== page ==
Stevens v. Gladding (60 U.S. 64)/Opinion of the Court

United States Supreme Court

60 U.S. 64

Stevens  v.  Gladding

JAMES STEVENS, For himself.

In this court, the following brief was filed by Mr. Ames, no counsel appearing for the plaintiff in error:

The record in this case shows, that at the November term of the Circuit Court for the district of Rohode Island, 1848, the plaintiff in error brought a qui tam action against the defendants in error, to recover penalties and forfeitures alleged to have been incurred by them under the act of Congress passed February 3d, 1831, entitled 'An act to amend the several acts respecting copyrights;' that at the June term of said court, 1850, the cause was submitted, upon the general issue, to a jury, who, in due form, returned a verdict in favor of the defendants in error, of 'not guilty;' whereupon judgment was entered, that they have and recover their costs of suit.

The record discloses no error in law, nor, to the knowledge of the defendants in error or of their counsel, was any error of law brought upon the record by the allowance of a bill of exceptions. The court has no choice, therefore, but to confirm the judgment below, with costs.

SAMUEL AMES, For Defendants in Error.

Mr. Justice McLEAN delivered the opinion of the court.

This is a writ of error to the Circuit Court for the district of Rhode Island.

An action was brought by the plaintiff in the Circuit Court, alleging that he was the author of a topographical map of the State of Rhode Island and Providence Plantations, surveyed trigonometrically by himself, the copyright of which he secured under the act of Congress of the 3d April, 1831, entitled 'An act to amend the several acts respecting copyrights;' and he avers a special compliance with all the requisites of said act, to vest in him the copyright of said map or chart. And he charges the defendants with having published two thousand copies of his map, and sold them within two years before the commencement of the action, in violation of his right, secured as aforesaid, to his damage four thousand dollars.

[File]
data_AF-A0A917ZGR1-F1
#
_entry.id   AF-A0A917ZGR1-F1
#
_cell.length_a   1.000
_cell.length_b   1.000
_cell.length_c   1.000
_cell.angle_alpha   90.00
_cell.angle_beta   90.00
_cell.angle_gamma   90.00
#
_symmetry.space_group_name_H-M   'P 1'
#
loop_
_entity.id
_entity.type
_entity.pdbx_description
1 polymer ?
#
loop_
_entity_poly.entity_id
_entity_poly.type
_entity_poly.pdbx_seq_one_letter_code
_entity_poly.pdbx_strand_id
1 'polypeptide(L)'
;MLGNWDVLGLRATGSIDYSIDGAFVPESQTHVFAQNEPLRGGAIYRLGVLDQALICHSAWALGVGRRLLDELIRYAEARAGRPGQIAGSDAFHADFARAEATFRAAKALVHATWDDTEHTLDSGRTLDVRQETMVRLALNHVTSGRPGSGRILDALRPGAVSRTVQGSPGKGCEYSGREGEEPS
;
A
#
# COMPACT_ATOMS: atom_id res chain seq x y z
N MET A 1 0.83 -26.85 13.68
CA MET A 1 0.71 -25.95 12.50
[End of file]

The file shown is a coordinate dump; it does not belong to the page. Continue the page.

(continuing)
The defendants pleaded not guilty. The case was submitted to a jury, who returned a verdict of not guilty. A judgment was entered against the plaintiff for costs.

A writ of error was procured, and bond given to prosecute it with effect.

The defendant in proper person assigns for error, 'that the verdict and judgment were given against the plaintiff in error, whereas the verdict and judgment should have been given for the plaintiff, and he prays a reversal of the judgment on this ground.'

In a very short argument, the plaintiff in error says, the principal questions are: Was the verdict and judgment correct? Was the sale of the engraved plate, on execution, the sale of the copyright? Did such sale authorize the defendants, or any other person, to print and sell this literary production, still subsisting under a copyright in the plaintiff. And he refers to 14 Howard, 528, Stevens v. Cady. In that case this court held that a sale of the copperplate for a map, on execution, does not authorize the purchaser to print the map.

Two or three depositions, not certified with the record, were handed to the court as having been omitted by the clerk in making up the record; but it does not appear that they were used in the trial before the Circuit Court; and if it did so appear, no instructions were asked of the court to the jury, to lay the foundation of error.

It is to be regretted that the plaintiff in error, in undertaking to manage his own case, has omitted to take the necessary steps to protect his interest. There is no error appearing on the record which can be noticed by this court; the judgment of the Circuit Court is therefore affirmed with costs.


This work is in the public domain in the United States because it is a work of the United States federal government (see 17 U.S.C. 105).